Camden Market is undoubtedly now filling up with decent evening options, but they’re mostly in the North Yard. The canal-side yard, where Kerb market is during the day, can be desolate at night, aside from crowds stamping up the wooden stairs to the Lockside Lounge.
But that’s how we like it. The volume of tourists does get rather tiring in NW1, after all. And Zala, with its high ceilings, mezzanine level and big windows, is a secret that you don’t especially want to share with anyone.
The two-floor space feels bright and airy, with low-hanging lights, distressed brickwork and white-washed walls, and the downstairs room was full on our visit, with efficient service and a buzz in the open kitchen. There’s also an attractive al fresco counter to eat at on warmer evenings.
Zala is the brainchild of co-founders and brothers-in-law, Tomer Niv and Alon Shamir, who go back more than 25 years. One of Israel’s most renowned cooks, Niv (ex-The Fat Duck and The Ledbury) was formerly at the celebrated R’amas Kitchen in Jerusalem, destroyed in a fire last year. The blurb tells us that Tomer’s experience at R’amas inspired his launch menu here at Zala – traditional Arab and Mediterranean ingredients married with western cooking techniques to create earthy dishes.
As consultant chef and co-owner in Camden, he devises the dishes alongside Zala’s head chef Stefanos Avdis, whose past experience includes Greek Larder, in King’s Cross, and Soho’s Princi.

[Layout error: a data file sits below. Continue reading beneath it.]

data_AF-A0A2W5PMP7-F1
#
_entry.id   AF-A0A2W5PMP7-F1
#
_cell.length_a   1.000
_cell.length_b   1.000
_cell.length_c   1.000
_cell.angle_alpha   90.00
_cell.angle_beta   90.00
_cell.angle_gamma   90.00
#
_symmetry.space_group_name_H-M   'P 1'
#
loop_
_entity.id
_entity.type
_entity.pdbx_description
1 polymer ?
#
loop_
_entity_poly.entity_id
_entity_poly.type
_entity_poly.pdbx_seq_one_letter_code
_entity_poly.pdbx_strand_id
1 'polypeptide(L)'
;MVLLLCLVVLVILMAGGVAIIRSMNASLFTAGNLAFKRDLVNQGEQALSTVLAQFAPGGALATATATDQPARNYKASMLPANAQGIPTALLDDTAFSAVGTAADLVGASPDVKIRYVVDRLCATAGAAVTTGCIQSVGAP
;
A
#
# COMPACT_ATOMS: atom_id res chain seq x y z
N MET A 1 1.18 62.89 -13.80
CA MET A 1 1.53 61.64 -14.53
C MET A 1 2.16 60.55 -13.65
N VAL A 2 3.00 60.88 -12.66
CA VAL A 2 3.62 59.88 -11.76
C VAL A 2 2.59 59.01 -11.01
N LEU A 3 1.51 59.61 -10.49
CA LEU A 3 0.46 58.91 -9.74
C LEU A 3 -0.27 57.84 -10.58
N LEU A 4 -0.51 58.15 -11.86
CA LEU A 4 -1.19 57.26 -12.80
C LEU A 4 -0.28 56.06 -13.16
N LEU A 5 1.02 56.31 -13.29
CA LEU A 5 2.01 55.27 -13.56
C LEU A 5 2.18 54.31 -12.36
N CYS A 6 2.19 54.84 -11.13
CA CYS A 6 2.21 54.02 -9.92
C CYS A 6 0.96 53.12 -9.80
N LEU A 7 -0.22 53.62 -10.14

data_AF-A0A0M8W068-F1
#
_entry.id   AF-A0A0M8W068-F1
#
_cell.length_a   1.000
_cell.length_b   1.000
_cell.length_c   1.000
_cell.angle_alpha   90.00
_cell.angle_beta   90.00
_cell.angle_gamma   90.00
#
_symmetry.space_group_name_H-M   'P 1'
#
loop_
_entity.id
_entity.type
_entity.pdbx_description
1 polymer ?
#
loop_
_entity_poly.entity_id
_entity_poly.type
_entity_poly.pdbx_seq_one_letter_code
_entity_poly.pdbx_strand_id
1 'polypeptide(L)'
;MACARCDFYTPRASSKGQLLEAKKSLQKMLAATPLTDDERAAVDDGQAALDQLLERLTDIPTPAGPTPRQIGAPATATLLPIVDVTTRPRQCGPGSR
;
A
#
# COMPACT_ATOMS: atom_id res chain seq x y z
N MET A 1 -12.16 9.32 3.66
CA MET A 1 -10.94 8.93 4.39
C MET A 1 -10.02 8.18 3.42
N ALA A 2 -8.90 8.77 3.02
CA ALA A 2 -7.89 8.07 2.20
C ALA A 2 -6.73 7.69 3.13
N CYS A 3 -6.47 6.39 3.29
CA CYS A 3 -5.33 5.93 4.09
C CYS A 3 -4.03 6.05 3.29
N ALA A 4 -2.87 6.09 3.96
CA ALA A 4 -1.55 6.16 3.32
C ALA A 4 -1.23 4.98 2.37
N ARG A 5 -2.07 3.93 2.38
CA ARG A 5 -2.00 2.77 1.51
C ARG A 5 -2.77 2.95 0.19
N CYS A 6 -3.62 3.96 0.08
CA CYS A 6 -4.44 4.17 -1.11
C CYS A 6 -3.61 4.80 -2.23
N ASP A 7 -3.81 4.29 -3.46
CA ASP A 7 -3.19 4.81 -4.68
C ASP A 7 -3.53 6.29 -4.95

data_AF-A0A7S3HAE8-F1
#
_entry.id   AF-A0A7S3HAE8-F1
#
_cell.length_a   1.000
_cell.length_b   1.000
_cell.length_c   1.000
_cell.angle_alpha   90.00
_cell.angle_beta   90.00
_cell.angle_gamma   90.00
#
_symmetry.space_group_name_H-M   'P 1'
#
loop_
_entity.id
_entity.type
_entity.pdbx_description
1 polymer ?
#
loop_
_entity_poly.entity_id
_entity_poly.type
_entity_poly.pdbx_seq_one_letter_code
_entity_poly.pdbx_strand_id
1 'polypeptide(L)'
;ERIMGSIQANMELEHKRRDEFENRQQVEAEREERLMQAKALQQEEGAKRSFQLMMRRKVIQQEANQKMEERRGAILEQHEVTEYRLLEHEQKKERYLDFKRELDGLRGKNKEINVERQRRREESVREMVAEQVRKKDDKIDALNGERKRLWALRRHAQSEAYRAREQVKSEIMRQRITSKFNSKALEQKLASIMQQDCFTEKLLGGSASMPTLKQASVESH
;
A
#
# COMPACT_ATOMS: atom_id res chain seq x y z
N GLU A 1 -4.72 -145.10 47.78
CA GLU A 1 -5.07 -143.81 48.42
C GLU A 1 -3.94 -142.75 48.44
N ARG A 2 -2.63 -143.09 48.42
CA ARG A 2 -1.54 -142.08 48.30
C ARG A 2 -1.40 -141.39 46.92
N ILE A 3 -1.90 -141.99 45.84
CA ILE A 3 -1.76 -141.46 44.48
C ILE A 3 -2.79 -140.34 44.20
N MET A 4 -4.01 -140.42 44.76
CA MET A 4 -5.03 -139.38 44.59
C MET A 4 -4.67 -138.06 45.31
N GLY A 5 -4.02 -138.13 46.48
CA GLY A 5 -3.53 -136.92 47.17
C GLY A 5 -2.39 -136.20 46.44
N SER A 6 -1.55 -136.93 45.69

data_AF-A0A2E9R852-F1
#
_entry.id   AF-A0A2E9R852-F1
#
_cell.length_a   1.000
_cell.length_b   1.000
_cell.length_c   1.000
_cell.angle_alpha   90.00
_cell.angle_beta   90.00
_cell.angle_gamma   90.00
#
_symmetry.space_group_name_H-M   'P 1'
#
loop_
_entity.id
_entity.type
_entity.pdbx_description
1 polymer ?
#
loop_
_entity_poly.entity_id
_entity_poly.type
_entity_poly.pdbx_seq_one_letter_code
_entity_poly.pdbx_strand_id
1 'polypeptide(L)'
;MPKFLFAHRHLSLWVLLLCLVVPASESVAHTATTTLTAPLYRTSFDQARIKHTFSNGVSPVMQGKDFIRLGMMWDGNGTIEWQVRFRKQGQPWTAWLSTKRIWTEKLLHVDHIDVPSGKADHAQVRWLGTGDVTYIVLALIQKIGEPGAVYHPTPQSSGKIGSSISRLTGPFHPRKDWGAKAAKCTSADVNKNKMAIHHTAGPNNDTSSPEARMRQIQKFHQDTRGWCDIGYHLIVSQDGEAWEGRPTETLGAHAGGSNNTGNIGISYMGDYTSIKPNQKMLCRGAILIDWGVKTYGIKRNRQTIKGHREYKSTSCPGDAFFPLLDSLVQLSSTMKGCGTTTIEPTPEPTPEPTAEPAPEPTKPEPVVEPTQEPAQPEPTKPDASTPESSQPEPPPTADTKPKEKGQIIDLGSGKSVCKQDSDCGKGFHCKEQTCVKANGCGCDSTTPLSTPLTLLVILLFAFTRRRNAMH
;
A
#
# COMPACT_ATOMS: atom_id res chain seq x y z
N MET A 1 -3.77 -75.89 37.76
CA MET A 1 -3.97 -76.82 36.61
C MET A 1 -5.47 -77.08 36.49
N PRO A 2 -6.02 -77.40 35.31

The menu is short and simple. The ‘complimentary’ selection of regularly changing meze is a crowd pleasing touch, including (on our visit) fennel and tomato, aubergine and pomegranate, hummus, baba ganoush, tahini, sweet potato and parsley salad. Best was the sweet, fiery roast cauliflower. And an accompanying cute paper bag of fresh flatbread was torn apart.Mains (from £12 to £16) include a standout skewer of rib eye – served perfectly medium rare – marinated in olive oil and silan, a sweet honey made from dates. ‘Jerusalem’ chicken – a mix of breast and juicy thighs fried in paprika oil – on pitta is drizzled with colourful sauces such as matbukha, adding slow roasted tomatoey sweetness, yoghurt and amba, made from pickled mangoes. Super-tasty for sure, and just slightly hard to eat – or at least to share. But that’s a minor point.
One caveat: there’s a lot of bread. You’ll be tucking voraciously into the first round with the meze, and then be less enthusiastic at its reappearance for the main. But by this point the chips seemed to steal the show anyway- wonky cut, mismatched and really addictive.
Our wine tip? A potent (14.5%) merlot from Galilee in Israel. Called Tabor Adama, at £34 it’s not the cheapest on the menu (house is a reasonable £18) but its velvety notes of plums and berries, with a hint of tobacco, set the scene admirably for the chargrilled meats.
As does the curated Middle Eastern soundtrack – all of which adds to the waterside holiday vibes.